I added a small transition to make the effect smoother. That’s not required, of course. And I’ve also commented out on the .cell border.

Let’s try an alternative method

There might be a case where you want to ‘bypass’ --positionX and --positionY, and set the end value directly inside the @for loop. So, for our example it would look like this:

@for $i from 0 to 10 {
 .cell:nth-child(10n + #{$i + 1}):hover ~ .content {
    --squareWidth: #{100 + $i * 20}px;
  }
  .cell:nth-child(n + #{10 * $i + 1}):nth-child(-n + #{10 * ($i + 1)}):hover ~ .content {
    --squareHeight: #{100 + $i * 20}px;: #{$i};
  }
}

Then the .square would use the custom properties like this:

.square {
  width: var(--squareWidth);
  height: var(--squareHeight);
}

This method is a little more flexible because it allows for more advanced Sass math (and string) functions. That said, the general principle is absolutely the same as what we already covered.

What’s next?

Well, the rest is up to you — and the possibilities are endless! How do you think you’d use it? Can you take it further? Try using this trick in your CSS, and share your work in the comments or let me know about it on Twitter. It will be great to see a collection of these come together.

Here are a few examples to get your hamster wheel turning:





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How to add an overlay on visible parts only?
Strategy

How to add an overlay on visible parts only?


How to add an overlay on visible parts only?

as you can see in the images below. When I change the background color of the div everything works well with the table image because there are no transparent parts unlike the computer image.

https://preview.redd.it/oq10nl3rjek61.png?width=174&format=png&auto=webp&s=650afcb43befff9c71b7b0b96ed27130b0c9f0b8

https://preview.redd.it/4gzozyirjek61.png?width=131&format=png&auto=webp&s=3b6473c7246eeedbcd5ed5a439491d64ee3e9858

submitted by /u/DtomperYT
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Production Site vs. New Design
Strategy

Split Testing With Netlify – DZone Web Dev


Split testing is a feature you aren’t using enough. It’s a great way to test changes with your visitors without minimizing risk. In this tutorial, we’ll learn what split testing is, why you need it, and how to set it up with Netlify.

What is Split Testing?

Split testing is the idea of creating another copy of your website that you can send users to, so you can test new features. Let’s say you have a new design you want to try out. Rather than push that new design to production where everyone can see it, you can test it with a few people.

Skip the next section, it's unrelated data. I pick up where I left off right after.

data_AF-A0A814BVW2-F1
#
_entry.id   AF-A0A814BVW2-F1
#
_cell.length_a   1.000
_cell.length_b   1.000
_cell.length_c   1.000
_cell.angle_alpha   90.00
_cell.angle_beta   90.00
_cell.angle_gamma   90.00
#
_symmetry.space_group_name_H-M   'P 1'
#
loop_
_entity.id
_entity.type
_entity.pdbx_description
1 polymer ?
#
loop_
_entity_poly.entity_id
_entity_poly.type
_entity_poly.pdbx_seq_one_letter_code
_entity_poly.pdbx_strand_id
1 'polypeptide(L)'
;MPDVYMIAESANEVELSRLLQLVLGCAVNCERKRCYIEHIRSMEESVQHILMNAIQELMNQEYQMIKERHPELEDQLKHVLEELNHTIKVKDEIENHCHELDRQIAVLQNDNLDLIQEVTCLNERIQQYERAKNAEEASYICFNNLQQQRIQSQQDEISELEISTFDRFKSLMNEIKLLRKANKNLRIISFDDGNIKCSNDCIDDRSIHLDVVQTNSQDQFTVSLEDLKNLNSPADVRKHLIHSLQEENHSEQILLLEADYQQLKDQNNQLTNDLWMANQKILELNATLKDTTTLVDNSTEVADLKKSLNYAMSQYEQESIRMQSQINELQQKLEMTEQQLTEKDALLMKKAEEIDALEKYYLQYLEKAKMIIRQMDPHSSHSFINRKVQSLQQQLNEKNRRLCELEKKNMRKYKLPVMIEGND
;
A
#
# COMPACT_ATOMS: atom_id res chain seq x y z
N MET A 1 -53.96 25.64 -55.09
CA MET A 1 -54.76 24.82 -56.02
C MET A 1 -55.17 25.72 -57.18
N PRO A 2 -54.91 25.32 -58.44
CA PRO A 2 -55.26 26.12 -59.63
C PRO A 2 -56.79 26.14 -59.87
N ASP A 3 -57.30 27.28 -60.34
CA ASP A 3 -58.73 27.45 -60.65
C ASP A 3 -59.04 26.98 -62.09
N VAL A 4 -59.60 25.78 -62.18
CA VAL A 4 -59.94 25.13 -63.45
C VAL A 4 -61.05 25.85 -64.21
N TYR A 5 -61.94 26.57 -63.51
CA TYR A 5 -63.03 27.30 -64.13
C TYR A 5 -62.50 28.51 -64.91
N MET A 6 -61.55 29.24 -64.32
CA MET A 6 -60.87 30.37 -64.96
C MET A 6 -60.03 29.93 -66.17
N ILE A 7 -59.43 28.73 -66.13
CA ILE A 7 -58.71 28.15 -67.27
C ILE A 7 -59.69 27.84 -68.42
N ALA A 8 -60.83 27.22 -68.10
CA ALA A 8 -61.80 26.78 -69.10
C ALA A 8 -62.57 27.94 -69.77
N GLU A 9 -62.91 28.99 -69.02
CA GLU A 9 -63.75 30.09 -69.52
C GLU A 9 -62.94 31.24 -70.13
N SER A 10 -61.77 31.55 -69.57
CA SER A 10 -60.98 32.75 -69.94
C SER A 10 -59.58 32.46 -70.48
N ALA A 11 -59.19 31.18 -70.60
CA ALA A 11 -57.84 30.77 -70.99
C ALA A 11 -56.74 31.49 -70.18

Production Site vs. New Design

Here I have redesigned my awesome Vue blog. But I don’t want to dump the new design on everyone. I want to test it out. Here are the options I can do with split testing: I will keep the main production site with the current (light-colored design). Then I can:

  • Only send people I invite to the (private) beta site.
  • Have folks ‘opt-in’ to the beta site.
  • Push a certain amount of (public traffic) to the beta site These are all ways I can test the design without fully committing. If there are major problems with the site, I’ll find them and fix them before everyone sees them.

Enable Split Testing

The first thing I have to do is enable split testing with Netlify. To do that, I must:

Once you have created a new branch (name it whatever you like) you can push the new design to that branch. I have mine set up at staging.jeremymorgan.tech. 

Branch domains

If you enable branch subdomains, you’ll see a split-testing tab in Netlify:

Split Testing Tab in Netlify

Option 1: Invite-Only (Private Beta)

You enable invite-only testing once you’ve enabled branch subdomains. Your main traffic goes to your production site:

jeremymorgan.tech

Main traffic goes to production site

And you can send testers to the branch subdomain:

staging.jeremymorgan.tech

Send testers to the branch subdomain

Easy stuff. You gather feedback, make changes and when your site is ready to go, you merge the branch.

Option 2: Opt-In (Semi-Private Beta)

Let’s say you want to make so folks can opt-in to beta if they choose, and if not they stay on your production site. To do that, you create a split test, and set 100% of your traffic to production, and 0% to the new beta site: 

Creating a 100% main split test

Now, to route people to the beta site, they will need a cookie set. Netlify uses the nf_ab cookie. If the nf_ab cookie is set to the name of the subdomain, Netlify will route the user to that branch subdomain:

Routing to the branch subdomain

So as long as the cookie is present, they will see the new version of the website (available on the staging subdomain). For example, in my Vue App, I added a button:

Which calls this method:

This code sets the cookie for anyone wanting to “try out” the beta version of the site. The ‘opt-in’ model is great for your website visitors who are feeling adventurous and want to try out your new site. You leave the production site intact for everyone else.

Option 3: Split Traffic (Public Beta)

So if you’ve created a new design or new features, and you want to ‘ease into’ deploying them, this is the way to go. In the Netlify split testing panel, simply choose a number of people to send to the new site:

Split traffic 81:19% ratio

In this example, we’re sending 19% of the total public traffic to the new website. This is random, and it could be anyone. Netlify will send a percentage of your visitors to your new site and the rest to your old or ‘production’ site. No need to worry about visitors getting a new site one day and the old one the next. Netlify will use the nf_ab cookie again to route users to the original site they visited. This is an excellent way to push out some fresh changes, look for feedback, and react. You can even set up a Blue-Green Deployment with this.

Try Out Split Testing For Yourself!

Split testing is an excellent way to test out new features without rolling the dice on full deployment. Sometimes you want to test a new design, a new feature, or do some A/B testing for advertising. These are all possible with Netlify’s split testing feature. The best part is, it’s easy to set up. You create a new branch, point a subdomain to it, and start tinkering.

Netlify makes this testing simple and easy to implement. Check it out! Questions, comments? Let me know!